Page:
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The Right Resistance: Yes, conservatives, Donald Trump could still blow the (general) election

This year, as everyone who’s been anywhere near a computer, TV or a newspaper knows, the Republicans and Democrats have all-but determined who will be their standard-bearers,

weeks and months ahead of a “normal” timeframe in a quadrennial nominating year. But there’re proverbial miles to go before the “real” ballots are cast, so, for now, Republican nominee Donald J. Trump looks to be in good shape, holding poll leads that, should public attitudes remain close to where they are now, carry him through to a win and a return to the White House.

 

But Trump shouldn’t get cocky. Much could still transpire for him to come up short – again. In an opinion piece titled “The 2024 election is Trump’s to lose — here’s how he could blow it”, Derek Hunter wrote at The Hill recently:

 

“Trump has reasons to be optimistic. He almost never led in any polls during the 2020 election cycle, yet he still came within a few thousand votes of pulling off a second narrow Electoral College victory. In contrast, he now leads in nearly every national poll. He also leads or ties Biden in every important swing state.

 

“So there are a lot of Republicans doing an end zone dance on the five-yard-line right now. But the election isn’t being held today, so those polls don’t necessarily mean anything…

 

“In other words, there are still plenty of ways Trump could blow this thing.”

 

Not to leave us dangling, Hunter offered those ways: “For one, he can make the race all about himself… Trump could also lose by making himself into a victim… Trump could also lose by following through on his stated claims of running a ‘50-state strategy.’ … and, Finally, it would be a disaster for Trump to pretend that Fox News and Newsmax are enough media exposure for him.”

 

These are all good points. If Trump appears to be too wrapped-up in his position as the general election frontrunner, Americans could mistake his supreme confidence as personal arrogance and give even more license to his enemies to claim that he’s only running for president again to satisfy his own enormous ego trip.

 

But I think Hunter misses the mark a bit, too. By far the easiest way for Trump to blow the election would be to alienate conservatives. It doesn’t take a stretch of logic to suggest that the Republican party is Trump’s party now. Trump goes where he wants, says what he wants, participates in official party debates when he wants, talks to and touts whomever he wants and, unfortunately, weaved around various mandated court appearances – sets his own schedule according to what he wants.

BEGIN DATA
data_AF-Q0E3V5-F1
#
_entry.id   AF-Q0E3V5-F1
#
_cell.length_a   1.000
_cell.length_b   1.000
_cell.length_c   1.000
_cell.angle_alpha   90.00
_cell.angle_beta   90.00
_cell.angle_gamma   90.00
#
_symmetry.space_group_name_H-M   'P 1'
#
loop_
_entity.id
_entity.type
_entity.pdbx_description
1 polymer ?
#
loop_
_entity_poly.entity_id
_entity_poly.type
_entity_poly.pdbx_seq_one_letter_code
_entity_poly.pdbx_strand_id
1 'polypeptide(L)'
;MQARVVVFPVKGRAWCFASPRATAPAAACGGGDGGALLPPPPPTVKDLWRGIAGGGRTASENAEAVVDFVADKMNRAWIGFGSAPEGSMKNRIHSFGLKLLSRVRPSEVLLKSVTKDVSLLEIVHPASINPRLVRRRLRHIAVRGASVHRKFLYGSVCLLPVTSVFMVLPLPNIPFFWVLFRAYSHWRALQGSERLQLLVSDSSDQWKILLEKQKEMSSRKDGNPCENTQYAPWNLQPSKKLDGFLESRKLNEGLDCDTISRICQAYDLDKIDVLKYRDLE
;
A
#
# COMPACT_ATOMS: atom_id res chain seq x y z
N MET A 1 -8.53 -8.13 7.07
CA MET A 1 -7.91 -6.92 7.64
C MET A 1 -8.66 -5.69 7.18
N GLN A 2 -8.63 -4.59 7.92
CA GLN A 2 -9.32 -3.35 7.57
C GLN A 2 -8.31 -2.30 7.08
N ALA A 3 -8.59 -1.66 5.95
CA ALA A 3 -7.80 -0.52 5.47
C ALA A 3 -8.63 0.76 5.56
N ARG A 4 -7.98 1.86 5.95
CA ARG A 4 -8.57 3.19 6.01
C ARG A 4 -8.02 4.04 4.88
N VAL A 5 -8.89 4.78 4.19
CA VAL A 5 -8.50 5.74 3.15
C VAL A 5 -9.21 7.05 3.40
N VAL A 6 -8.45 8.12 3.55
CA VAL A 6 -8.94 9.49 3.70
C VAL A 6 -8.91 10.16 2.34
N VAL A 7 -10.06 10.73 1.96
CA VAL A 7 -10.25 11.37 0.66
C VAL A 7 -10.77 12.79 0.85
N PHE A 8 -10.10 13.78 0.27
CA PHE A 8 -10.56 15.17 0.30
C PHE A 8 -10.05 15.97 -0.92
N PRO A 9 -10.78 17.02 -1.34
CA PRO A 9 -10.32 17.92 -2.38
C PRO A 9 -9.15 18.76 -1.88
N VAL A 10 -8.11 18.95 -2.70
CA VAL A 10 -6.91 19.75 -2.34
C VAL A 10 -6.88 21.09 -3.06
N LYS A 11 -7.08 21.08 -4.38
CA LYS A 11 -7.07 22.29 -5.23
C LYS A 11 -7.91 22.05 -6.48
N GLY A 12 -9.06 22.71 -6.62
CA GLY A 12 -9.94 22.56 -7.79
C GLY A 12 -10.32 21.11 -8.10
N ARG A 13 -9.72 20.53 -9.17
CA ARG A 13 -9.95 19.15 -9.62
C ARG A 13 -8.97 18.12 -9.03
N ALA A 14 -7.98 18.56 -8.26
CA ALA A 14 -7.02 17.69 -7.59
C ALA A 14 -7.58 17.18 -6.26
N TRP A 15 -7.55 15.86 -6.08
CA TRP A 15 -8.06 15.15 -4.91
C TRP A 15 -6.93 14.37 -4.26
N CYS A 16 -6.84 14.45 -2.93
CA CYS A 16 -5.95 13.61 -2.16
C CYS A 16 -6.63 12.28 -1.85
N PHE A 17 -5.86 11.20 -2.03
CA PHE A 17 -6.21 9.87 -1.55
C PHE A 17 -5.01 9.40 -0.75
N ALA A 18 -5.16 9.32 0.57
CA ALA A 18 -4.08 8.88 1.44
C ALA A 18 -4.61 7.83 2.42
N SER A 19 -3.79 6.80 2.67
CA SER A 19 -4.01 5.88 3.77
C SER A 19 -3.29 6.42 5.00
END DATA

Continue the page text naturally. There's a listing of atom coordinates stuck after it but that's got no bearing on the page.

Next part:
There is tremendous power in this complete domination of the Republican party. Trump could probably push to rename the GOP the “Trump party” and there’d be a large segment of GOP backers who would support him. It’d be an amazing feeling for most Americans to be at a job where you’re the boss and every coworker has to do whatever you say.

 

But this authority, strong as it may appear, is not unlimited. As I’ve written a number of times, most conservatives are Republicans, but not all Republicans are conservatives. Trump has enjoyed tremendous intra-party support from the beginning primarily because his Make America Great Again agenda parallels the things that today’s conservatives care about.

 

The three legs of the famous “conservative stool” are fiscal conservatives, national security conservatives (which includes a strong military and defense) and social conservatives. Ironically, Trump isn’t thoroughly beloved by any of the “legs”, but he’s conservative enough to have earned the respect – and votes – of most of them.

 

Simply put, Trump could blow the election by alienating conservatives, and the tightrope walk is more tenuous than one might think. Fiscal conservatives, for example, are already wary of Trump because of his seeming lack of focus on the growing out-of-control national debt as well as his stated desire to devote more federal resources to a number of Trump-ian priorities, including the military, the border and the nation’s overburdened entitlement programs. And don’t forget about infrastructure, where Trump, if he gains a second term, has vowed to do a complete upgrade of America’s roads, airports and electric grid.

 

That will take money. Lots of it.

 

Thankfully, Trump understands the inverse relationship between high taxes and economic growth, so it’s very unlikely that he would call for tax hikes. But it can’t be said often enough that the federal budget needs to be brought back to sanity. Will Trump, again, if elected to a second term, be willing to risk a popularity hit by generously employing his veto pen to send bloated appropriations bills back to Congress?

 

Will Trump use the bully pulpit to stump for a balanced budget amendment? Would he stand up to the military industrial complex and give some thought to cutting the defense budget in certain areas? And, is Trump willing to touch the proverbial “third rail of politics” by giving the go-ahead to delve into reformulating the biggest debt generators of all – Social Security, Medicare and Medicaid?

 

Trump has built his business empire based on debt financing, meaning, he’d purchase investments with borrowed money and hope they grow to the point where they pay for themselves. But how does this risk-taking monetary philosophy translate to government? Government spends money, it doesn’t “invest” it. Hundreds of billions appropriated for education could, theoretically, pay off in decades to come by fostering a well-educated next generation that pays a portion of their good fortune in taxes.